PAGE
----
For instance, if your partner cheats you will feel a variety of emotions and anger will be one of them. But long-term anger over the situation is more likely diverting your attention from the pain and problems that led to the cheating. So, choosing to move past the anger and focus on healing the pain is a healthier plan.
Of course, all of these choices can be difficult. Sometimes you have to make them repeatedly and try repeatedly before they stick. And sometimes you may need the help of a counselor to even see the choices that are available to you and how to make them effectively.
The Biggest Anger Choice
If you are a person who experiences anger frequently the biggest choice you have is how to manage it. While there may be underlying reasons why you anger so easily and often, when you are working through those things you still need to find a way to effectively manage your anger.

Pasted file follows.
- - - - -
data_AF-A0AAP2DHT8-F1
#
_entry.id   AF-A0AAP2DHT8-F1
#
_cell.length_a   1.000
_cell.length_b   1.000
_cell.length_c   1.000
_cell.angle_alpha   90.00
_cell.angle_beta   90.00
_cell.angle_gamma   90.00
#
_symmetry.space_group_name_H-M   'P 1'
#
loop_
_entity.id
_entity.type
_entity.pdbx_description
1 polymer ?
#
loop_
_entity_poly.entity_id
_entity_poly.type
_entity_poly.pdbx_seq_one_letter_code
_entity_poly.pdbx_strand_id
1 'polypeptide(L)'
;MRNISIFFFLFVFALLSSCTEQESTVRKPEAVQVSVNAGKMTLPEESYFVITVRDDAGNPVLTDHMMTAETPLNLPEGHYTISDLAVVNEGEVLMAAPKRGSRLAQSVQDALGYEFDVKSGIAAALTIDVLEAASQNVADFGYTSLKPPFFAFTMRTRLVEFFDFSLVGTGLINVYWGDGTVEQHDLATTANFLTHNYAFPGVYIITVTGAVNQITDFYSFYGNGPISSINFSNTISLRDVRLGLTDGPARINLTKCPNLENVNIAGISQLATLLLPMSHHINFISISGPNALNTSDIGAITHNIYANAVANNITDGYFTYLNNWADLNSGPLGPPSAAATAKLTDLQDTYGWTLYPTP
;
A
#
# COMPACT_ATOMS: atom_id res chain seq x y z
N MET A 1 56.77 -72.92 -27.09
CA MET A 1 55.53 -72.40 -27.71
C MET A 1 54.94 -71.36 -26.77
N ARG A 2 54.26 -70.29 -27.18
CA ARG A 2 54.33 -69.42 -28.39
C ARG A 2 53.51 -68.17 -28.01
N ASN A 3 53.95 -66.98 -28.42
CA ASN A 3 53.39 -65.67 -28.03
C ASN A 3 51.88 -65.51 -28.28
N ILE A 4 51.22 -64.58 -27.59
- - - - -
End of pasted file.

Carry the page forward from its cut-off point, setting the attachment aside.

Anger management incorporates behavioral and psychological strategies that can help a person deal with their anger response in a healthier way. Dr. Kurt works often works with people who need anger management help. Here are a few things he’s learned in his many years of counseling:
Asking whether anger is a choice seems like a simple question, but it’s actually very complex. The answer is both no and yes. Can you choose to never get angry – not likely. We all feel a range of emotions, anger being one of them, and none of them are bad or wrong. How we express them and allow them to affect us can make them so though. So, is anger management really as simple as just telling yourself to choose happiness rather than anger? No, of course not. You can, however, with the right tools choose the level of your anger and how it gets expressed. When we understand the psychology of what drives us and why we respond the way we do, we can develop strategies that will help us to effectively manage our anger.”
Learning how to manage your anger is one of the most important choices you can make for yourself and those you love. Relationships and even careers have been ruined by poorly controlled anger.
So, is anger a choice? No. We all experience emotions and those come in response to the circumstances in which we find ourselves. But do you have choices when it comes to anger? Yes, absolutely. And the choices you make when it comes to the anger you feel may be some of the most impactful to your life.